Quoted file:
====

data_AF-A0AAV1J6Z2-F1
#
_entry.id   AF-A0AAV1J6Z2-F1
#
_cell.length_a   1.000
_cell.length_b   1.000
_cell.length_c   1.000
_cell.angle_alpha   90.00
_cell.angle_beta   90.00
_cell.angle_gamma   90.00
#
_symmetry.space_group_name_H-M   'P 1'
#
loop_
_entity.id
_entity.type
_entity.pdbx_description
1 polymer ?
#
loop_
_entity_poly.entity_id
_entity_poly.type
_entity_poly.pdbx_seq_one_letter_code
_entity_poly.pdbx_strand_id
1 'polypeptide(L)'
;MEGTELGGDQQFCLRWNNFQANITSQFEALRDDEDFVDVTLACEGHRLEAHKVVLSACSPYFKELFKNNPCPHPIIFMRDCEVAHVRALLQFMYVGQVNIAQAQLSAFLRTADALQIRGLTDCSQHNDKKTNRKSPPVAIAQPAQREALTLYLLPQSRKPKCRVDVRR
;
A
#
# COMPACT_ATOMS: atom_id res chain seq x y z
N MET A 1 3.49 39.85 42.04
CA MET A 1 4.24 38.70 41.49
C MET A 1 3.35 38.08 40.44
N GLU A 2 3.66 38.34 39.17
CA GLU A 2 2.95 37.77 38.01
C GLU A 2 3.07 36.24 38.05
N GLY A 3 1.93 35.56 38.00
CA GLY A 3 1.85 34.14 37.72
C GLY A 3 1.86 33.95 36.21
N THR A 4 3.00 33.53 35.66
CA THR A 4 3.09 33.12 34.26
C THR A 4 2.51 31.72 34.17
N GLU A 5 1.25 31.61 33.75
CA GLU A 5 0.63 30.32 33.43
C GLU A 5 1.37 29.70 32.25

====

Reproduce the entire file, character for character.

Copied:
data_AF-A0AAV1J6Z2-F1
#
_entry.id   AF-A0AAV1J6Z2-F1
#
_cell.length_a   1.000
_cell.length_b   1.000
_cell.length_c   1.000
_cell.angle_alpha   90.00
_cell.angle_beta   90.00
_cell.angle_gamma   90.00
#
_symmetry.space_group_name_H-M   'P 1'
#
loop_
_entity.id
_entity.type
_entity.pdbx_description
1 polymer ?
#
loop_
_entity_poly.entity_id
_entity_poly.type
_entity_poly.pdbx_seq_one_letter_code
_entity_poly.pdbx_strand_id
1 'polypeptide(L)'
;MEGTELGGDQQFCLRWNNFQANITSQFEALRDDEDFVDVTLACEGHRLEAHKVVLSACSPYFKELFKNNPCPHPIIFMRDCEVAHVRALLQFMYVGQVNIAQAQLSAFLRTADALQIRGLTDCSQHNDKKTNRKSPPVAIAQPAQREALTLYLLPQSRKPKCRVDVRR
;
A
#
# COMPACT_ATOMS: atom_id res chain seq x y z
N MET A 1 3.49 39.85 42.04
CA MET A 1 4.24 38.70 41.49
C MET A 1 3.35 38.08 40.44
N GLU A 2 3.66 38.34 39.17
CA GLU A 2 2.95 37.77 38.01
C GLU A 2 3.07 36.24 38.05
N GLY A 3 1.93 35.56 38.00
CA GLY A 3 1.85 34.14 37.72
C GLY A 3 1.86 33.95 36.21
N THR A 4 3.00 33.53 35.66
CA THR A 4 3.09 33.12 34.26
C THR A 4 2.51 31.72 34.17
N GLU A 5 1.25 31.61 33.75
CA GLU A 5 0.63 30.32 33.43
C GLU A 5 1.37 29.70 32.25